55 years ago today, The Fugitive first aired on ABC. The American drama series starred David Janssen as Dr. Richard Kimble, a physician who is wrongfully convicted of his wife’s murder and sentenced to receive the death penalty. Nominated for five Emmy Awards, it won for Outstanding Dramatic Series in 1966, before ending the following year. Produced by Quinn Martin, it appeared on the 2002 TV Guide list of The 50 Greatest TV Shows of All Time. CHECK OUT the who’s who of actors that made guest appearances throughout the 120 episodes and WATCH the last 5 mins of the series… (1963)
Typically, The Fugitive was able to attract two or more guest stars per episode, legends from stage and screen, and often they would play different characters in multiple episodes. They included: Robert Duvall, Mickey Rooney, Dabney Coleman, Ed Asner, William Shatner, Telly Savalas, Ed Begley, Jack Klugman, Leslie Nielsen, Kurt Russell, Charles Bronson, Ossie Davis, Angie Dickinson, Diane Ladd, Hope Lange, Carol Lawrence, Carroll O’Connor, Vin Scully, Brenda Vaccaro, and Tuesday Weld.
It was not until episode 14, that viewers were offered the full details of Richard Kimble’s plight. A series of flashbacks revealed the fateful night of Helen Kimble’s death, and a glimpse of the “One-Armed Man” that Kimble saw running from the vicinity of his home that evening. Janssen’s understated performance earned him three Emmy nominations for best actor in a TV drama.
More Good News on this date:
- Ken Kesey was born, the American author of One Flew Over the Cuckoo’s Nest and member of the psychedelic literary posse, the Merry Pranksters (1935-2001)
- The first Space Shuttle, Enterprise, was unveiled by NASA–with the cast of TV’s Star Trek present–after a write-in campaign succeeded in changing the name from Constitution (1976)
- Vanessa Williams was crowned the first black Miss America (1983)
- The Camp David Accords were signed by Israel and Egypt (1978)
- North Korea, South Korea, Estonia, Latvia, Lithuania, and Micronesia joined the United Nations (1991)
- The last Russian troops departed from Poland (1993)
- Heather Whitestone of Alabama became the first deaf woman crowned as Miss America (1994)
- Northern Ireland‘s main Protestant party joined peace talks, bringing together all players for the first time (1997)
- President Clinton lifted 50-year restrictions on trade, travel & banking with North Korea (1999)
Within weeks, encampments sprang up around the world to join the protest against social and economic inequality for “the 99 percent”. Some lasting and positive direct action did result. (Photo by John St John Photography, CC)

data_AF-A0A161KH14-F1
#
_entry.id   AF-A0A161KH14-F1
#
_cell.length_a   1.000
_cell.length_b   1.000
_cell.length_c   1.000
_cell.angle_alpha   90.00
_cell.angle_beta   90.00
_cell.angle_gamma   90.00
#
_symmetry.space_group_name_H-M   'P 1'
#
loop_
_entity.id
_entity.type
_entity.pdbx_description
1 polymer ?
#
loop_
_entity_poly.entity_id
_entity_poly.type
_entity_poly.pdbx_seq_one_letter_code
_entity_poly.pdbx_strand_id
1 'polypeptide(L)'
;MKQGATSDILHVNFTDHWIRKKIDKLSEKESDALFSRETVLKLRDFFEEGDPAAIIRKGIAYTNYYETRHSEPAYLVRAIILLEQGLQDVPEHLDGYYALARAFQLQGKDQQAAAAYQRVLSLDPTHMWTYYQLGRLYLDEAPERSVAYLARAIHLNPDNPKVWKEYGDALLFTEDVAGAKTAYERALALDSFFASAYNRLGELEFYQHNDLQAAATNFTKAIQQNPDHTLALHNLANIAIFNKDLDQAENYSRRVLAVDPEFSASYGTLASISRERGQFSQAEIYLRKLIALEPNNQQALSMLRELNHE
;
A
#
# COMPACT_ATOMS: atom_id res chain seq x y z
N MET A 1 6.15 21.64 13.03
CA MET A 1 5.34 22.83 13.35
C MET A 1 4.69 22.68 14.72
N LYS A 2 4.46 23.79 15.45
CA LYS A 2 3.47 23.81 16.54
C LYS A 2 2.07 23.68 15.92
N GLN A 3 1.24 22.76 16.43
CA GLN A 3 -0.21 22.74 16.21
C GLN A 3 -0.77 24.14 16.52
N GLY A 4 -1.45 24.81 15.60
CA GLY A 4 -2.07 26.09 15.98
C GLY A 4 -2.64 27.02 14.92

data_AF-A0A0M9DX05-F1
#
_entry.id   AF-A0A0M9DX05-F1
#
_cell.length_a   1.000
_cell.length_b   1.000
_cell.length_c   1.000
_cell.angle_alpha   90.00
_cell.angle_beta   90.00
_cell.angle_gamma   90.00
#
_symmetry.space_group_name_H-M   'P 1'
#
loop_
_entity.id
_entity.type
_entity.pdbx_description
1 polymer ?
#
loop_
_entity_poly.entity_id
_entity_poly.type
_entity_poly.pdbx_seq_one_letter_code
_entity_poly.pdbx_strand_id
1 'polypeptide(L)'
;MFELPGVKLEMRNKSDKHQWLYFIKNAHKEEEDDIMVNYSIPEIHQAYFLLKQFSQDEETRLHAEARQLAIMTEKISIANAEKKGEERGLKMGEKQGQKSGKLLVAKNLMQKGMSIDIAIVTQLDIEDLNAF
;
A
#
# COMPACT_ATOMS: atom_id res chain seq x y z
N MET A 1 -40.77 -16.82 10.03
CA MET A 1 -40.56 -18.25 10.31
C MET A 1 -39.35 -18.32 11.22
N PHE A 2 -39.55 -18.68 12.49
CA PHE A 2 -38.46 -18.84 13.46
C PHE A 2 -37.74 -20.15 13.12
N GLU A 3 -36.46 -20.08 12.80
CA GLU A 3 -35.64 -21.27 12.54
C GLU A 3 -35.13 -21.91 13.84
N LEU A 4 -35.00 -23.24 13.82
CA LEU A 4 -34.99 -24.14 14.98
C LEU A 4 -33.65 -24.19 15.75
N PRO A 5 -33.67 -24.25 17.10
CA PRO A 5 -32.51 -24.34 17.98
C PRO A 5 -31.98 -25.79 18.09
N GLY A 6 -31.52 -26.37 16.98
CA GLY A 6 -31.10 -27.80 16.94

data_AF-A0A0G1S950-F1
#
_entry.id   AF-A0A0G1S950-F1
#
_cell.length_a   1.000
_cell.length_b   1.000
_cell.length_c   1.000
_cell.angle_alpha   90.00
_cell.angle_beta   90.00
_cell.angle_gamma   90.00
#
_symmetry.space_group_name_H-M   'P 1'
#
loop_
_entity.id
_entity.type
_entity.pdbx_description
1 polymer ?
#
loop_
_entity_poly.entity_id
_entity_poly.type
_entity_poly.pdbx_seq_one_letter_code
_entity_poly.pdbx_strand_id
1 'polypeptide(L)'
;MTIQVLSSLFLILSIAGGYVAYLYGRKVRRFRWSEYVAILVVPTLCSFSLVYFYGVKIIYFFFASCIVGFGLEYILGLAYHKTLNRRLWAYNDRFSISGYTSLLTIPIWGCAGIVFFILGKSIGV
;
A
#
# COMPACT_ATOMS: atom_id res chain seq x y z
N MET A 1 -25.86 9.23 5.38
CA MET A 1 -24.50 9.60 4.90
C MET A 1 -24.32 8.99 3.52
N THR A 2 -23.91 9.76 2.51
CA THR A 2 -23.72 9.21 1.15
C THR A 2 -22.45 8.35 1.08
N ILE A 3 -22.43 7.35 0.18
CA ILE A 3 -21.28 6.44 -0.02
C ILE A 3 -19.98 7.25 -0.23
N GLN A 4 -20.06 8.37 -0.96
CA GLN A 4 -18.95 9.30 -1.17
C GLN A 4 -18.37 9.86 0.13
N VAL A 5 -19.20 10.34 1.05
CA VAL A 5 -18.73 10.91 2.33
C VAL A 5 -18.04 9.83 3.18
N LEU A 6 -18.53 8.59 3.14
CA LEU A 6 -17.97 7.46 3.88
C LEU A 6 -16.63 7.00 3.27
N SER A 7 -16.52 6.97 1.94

And, Happy 73rd Birthday to legendary NBA coach Phil Jackson, who won an amazing eleven National Basketball titles as a coach: six with Michael Jordan the Chicago Bulls and five with Kobe Bryant and the Los Angeles Lakers. (1945)
And, on this day in 1787, the final draft of the United States Constitution, a blueprint for how the nascent government would function, was completed and signed in Philadelphia, Pennsylvania. The framers wisely separated and balanced governmental powers to safeguard liberty and equality, the interests of majority rule and minority rights, and the federal and state governments. Though it began with the now-famous phrase, “We the people,” there were many disappointed delegates who refused to sign the draft, due to certain compromises.
The Great Compromise ended the stalemate between “patriots” (who favored states-rights) and “nationalists” (who favored stronger federal powers) and the question of how to apportion for representation in the congress. Numerous other compromises accommodated the factions but also led to only 39 of the 55 delegates agreeing to sign the document. The final arbiter of law in the nation, The Constitution’s first three words—We the People—affirmed that the government of the United States exists to serve its citizens.
The Constitution has been amended 27 times (the first ten, known as the Bill of Rights, protected personal freedoms and restricted government power) to meet the challenges of a profoundly changing country. It is the model on which the constitutions of other nations were based. Written on parchment, the original four pages are stored and viewable at the National Archives in Washington, DC.